To investigate brain function in children and adolescents with ASD and healthy Controls during a task that measures sustained attention and sensorimotor timing.
28 children and adolescents (11-18 years old) with ASD and 16 age and IQ matched child and adolescent controls completed an event-related parametric Psychomotor Vigilance Task with different temporal delay conditions on a 3T magnetic resonance imaging (MRI) scanner. All participants were male, right-handed, with an IQ >70. All individuals with ASD met algorithm cut-offs for autism on both the ADI & ADOS. The task requires a motor response to a visual stimulus that appears under qualitatively and quantitatively different delay conditions: 1) long, unpredictable delays of 2s, 5s and 8s and 2) one short predictable delay period of 500ms. Long unpredictable delays have a higher load on sustained attention, while short predictable delays in the milliseconds range are known to trigger sensorimotor synchronisation. Data were analysed using non-parametric image analysis (XBAM).
Children and adolescents with ASD compared to healthy controls were slower in their reaction times to the 3 unpredictable long delays, but showed no differences in their reaction times to the short delay of 500ms. The fMRI contrasts between all three unpredictable long delays (2s,5s,8s) compared to the predictable short delay showed reduced brain activation in children and adolescents with ASD compared to healthy controls in a right hemispheric sustained attention network of ventrolateral prefrontal cortex, superior temporal lobe, putamen, thalamus and anterior and posterior cingulate. Furthermore, brain dysfunctions became progressively more extensive and bilateral with increasing temporal delay (from 2s to 8s). For the contrast of the short, sensorimotor condition, with long delays, children and adolescents with ASD showed reduced activation in the cerebellum, known to be important for motor timing, and in posterior cingulate and precuneus, presumably related to visual-spatial attention.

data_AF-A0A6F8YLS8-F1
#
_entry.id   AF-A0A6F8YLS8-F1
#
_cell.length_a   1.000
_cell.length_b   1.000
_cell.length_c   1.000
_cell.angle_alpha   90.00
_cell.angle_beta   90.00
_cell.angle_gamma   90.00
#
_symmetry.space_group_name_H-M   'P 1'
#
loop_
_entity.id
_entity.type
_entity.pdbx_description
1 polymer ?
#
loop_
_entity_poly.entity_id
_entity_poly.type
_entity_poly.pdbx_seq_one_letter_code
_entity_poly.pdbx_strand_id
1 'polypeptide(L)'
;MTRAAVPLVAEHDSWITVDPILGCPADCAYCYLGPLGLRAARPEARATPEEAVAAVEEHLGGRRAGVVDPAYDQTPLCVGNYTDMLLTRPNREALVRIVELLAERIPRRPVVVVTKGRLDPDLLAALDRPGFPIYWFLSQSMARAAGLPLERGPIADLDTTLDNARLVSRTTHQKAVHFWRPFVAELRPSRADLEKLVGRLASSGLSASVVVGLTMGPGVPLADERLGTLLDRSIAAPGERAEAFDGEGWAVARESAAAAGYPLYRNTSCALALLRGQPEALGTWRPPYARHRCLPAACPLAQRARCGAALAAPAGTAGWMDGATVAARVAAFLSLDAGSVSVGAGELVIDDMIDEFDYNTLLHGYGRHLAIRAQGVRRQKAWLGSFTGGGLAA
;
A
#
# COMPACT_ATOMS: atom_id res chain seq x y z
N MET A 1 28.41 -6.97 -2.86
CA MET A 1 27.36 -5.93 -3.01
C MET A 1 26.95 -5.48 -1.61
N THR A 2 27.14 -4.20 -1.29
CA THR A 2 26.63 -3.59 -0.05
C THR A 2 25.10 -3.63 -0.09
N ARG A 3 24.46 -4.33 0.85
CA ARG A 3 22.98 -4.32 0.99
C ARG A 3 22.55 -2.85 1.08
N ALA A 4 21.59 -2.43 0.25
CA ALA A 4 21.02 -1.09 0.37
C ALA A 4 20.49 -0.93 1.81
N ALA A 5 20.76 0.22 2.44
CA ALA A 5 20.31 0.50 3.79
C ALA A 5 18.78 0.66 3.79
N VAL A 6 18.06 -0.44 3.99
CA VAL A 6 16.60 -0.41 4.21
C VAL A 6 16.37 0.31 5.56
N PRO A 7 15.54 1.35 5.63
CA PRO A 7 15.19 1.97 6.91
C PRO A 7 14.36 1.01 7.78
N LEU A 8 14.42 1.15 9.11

Results suggest that children and adolescents with ASD have extensive abnormalities in fronto-striato-thalamo-temporal networks of sustained attention that increase with increasing attention load, as well as in cerebello-cingulate posterior regions for sensorimotor timing. It is possible that the extensive brain differences observed during sustained attention to temporally unpredictable events relate to the need for 'sameness' displayed by some individuals with ASD.